The father of a man with Down Syndrome has appealed to hospitals to give potencial parents more support following a diagnosis.
Michael O'Dowd's son, Conor, has delivered a letter to Professor Fergal Malone - Master of Dublin's Rotunda Hospital - in response to comments that 95% of parents diagnosed with a Down Syndrome baby there choose an abortion.
In an interview with The Irish Times last week, Prof Malone said: "The 95% who choose to travel do reach that decision themselves.
"We very much do not advocate for termination. The reality is that the vast majority choose to terminate.
"I don’t have a view on whether that is the right thing. We don't advocate for it, that is just the lived experience," he added.
Michael, a former Mayor of Drogheda and Aontú representative, told Newstalk Breakfast his son was upset by the statistic.
"Conor is very defensive about the fact, and very proud of the fact, that he has Down Syndrome," he said.
"He doesn't see anything wrong with it, and indeed there is nothing wrong with it.
"He was quite upset by the comments by Prof Malone that 95% of parents choose abortion; or as he put it in his letter: I don’t understand why people take away babies with Down Syndrome – it's very unfair and very wrong is what he said.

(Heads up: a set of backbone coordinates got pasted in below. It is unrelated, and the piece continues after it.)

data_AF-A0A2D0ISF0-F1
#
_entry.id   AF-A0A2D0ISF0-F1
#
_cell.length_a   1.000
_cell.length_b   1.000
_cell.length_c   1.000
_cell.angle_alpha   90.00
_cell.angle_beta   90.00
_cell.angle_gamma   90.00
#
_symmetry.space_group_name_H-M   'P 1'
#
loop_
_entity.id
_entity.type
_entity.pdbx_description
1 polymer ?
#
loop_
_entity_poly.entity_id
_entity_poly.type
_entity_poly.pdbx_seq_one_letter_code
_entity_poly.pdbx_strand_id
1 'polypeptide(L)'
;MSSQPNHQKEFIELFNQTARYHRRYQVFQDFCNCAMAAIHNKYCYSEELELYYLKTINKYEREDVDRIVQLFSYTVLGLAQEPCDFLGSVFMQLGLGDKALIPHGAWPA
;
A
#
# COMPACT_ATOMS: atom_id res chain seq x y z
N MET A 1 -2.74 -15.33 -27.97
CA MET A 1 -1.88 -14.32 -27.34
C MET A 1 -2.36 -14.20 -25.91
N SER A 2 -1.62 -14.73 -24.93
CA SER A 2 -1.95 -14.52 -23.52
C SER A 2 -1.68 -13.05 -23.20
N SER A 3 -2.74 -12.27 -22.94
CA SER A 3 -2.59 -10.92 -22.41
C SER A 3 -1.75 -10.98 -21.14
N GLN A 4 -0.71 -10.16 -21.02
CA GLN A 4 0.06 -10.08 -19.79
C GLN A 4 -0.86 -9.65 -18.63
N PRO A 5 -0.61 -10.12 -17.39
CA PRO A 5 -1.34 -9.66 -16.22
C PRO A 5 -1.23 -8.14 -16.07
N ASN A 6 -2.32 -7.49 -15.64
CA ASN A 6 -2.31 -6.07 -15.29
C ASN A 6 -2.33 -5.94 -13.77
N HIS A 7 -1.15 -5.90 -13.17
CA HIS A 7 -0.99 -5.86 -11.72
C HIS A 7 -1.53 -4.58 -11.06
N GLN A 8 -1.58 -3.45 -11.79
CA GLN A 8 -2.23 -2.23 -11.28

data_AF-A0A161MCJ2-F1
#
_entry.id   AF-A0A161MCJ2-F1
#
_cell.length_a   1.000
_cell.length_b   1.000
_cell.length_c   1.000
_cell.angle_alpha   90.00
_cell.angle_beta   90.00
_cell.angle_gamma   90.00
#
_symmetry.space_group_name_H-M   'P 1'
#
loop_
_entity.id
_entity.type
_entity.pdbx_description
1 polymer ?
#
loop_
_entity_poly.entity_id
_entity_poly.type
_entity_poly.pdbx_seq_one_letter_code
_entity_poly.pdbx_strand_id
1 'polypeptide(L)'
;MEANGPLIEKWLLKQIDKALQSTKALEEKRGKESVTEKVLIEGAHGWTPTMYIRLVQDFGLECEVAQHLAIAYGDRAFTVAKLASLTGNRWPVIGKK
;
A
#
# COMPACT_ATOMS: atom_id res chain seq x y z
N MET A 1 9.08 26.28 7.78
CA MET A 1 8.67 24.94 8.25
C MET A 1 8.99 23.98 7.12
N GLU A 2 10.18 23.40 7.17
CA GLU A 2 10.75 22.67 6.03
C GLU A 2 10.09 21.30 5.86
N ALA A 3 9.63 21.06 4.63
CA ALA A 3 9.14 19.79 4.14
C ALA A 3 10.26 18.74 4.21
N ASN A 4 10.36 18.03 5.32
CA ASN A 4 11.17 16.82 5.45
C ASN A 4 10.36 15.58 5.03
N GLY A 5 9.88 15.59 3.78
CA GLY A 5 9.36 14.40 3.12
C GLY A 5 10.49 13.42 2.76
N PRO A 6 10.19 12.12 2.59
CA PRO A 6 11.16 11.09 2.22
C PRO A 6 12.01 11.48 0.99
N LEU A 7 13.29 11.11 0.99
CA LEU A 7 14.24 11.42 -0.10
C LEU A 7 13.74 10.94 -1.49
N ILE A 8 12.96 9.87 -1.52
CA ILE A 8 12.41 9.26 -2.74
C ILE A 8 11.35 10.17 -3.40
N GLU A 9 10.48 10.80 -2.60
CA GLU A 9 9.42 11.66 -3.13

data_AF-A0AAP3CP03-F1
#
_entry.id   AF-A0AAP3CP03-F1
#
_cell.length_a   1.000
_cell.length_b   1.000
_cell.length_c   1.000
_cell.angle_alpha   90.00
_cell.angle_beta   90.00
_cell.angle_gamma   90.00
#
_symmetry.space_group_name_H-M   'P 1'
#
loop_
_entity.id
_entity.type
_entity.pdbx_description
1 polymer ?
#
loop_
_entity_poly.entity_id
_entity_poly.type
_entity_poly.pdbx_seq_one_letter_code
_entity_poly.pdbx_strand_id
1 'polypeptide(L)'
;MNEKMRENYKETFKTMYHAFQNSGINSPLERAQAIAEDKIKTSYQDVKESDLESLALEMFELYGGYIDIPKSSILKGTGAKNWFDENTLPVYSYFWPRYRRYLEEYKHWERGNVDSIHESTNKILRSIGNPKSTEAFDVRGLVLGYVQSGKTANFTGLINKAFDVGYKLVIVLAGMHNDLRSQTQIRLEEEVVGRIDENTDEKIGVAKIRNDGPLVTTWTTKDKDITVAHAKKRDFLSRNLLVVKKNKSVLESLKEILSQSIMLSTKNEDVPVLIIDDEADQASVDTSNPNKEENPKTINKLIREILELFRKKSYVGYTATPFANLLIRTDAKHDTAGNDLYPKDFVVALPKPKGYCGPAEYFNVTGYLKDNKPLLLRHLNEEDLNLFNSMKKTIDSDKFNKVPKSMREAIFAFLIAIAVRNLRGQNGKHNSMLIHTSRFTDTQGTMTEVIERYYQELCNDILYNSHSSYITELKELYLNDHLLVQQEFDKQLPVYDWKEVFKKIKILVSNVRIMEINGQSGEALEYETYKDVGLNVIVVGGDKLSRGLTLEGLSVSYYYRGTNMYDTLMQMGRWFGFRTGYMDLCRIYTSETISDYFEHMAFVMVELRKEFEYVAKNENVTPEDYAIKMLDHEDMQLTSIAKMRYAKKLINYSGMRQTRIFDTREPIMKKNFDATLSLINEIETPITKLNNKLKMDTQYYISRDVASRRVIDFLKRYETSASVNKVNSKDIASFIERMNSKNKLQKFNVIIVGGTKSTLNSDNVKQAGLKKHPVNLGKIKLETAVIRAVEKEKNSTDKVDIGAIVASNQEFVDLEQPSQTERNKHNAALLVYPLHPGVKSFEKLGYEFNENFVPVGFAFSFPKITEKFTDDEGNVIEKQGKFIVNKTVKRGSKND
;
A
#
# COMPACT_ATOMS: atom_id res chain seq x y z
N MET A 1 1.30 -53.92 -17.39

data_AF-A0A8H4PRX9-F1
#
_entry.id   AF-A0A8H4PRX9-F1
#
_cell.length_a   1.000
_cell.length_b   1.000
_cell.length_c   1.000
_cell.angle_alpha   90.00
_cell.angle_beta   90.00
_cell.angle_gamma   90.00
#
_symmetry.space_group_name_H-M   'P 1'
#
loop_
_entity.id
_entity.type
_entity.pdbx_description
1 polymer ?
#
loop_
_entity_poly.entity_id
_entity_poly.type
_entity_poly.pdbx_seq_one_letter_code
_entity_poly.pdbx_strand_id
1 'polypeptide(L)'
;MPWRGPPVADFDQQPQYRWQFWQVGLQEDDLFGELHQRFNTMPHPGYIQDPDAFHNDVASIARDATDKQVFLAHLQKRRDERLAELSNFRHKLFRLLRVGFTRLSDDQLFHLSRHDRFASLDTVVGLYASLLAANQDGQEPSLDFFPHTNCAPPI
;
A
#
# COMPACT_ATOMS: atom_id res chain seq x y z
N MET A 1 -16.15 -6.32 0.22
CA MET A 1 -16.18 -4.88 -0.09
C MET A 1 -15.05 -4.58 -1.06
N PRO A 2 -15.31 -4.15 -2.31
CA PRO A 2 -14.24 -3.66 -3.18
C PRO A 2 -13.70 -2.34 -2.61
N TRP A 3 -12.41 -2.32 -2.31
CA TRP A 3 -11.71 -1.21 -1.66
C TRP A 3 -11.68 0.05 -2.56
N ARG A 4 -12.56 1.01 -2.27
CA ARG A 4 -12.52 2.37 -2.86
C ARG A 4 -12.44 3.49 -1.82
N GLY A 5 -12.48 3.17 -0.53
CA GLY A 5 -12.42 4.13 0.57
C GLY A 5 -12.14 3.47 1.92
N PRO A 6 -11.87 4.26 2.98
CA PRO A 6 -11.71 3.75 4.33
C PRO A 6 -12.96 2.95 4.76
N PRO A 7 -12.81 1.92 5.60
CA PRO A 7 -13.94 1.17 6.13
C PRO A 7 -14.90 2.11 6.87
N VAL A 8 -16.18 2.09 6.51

"He felt compelled, and I certainly supported him in delivering a letter to Prof Malone at the Rotunda Hospital."
'Too medically orientated'
Mr O'Dowd said prospective parents should be given clearer language.
"In terms of what Conor wanted, and certainly what I would want, is to tell the parents the full truth in relation to having a child with Down Syndrome," he said.
"There was an Irish study done just last year which said that the information given to parents, when a diagnosis was given, was too medically orientated.
"They gave all the facts of the problems that a child may have, without giving them the support - or information in relation to where they can find support.
"I think that's really important, and it goes to the heart, I think, of the attitude of certain obstetricians and certain maternity hospitals when it comes to a diagnosis like that."
He said we should move to a more social model.
"I believe that there is a medical model [which] is used in these hospitals, where people are told about the problems that they will have - rather than a social model, which shows how they can be integrated into society.
"A young person with Down Syndrome can live a long, healthy, fulfilling life.
"Just one request to hospitals that I would make, and Conor would make, and that is... potential parents would be given the full information," he added.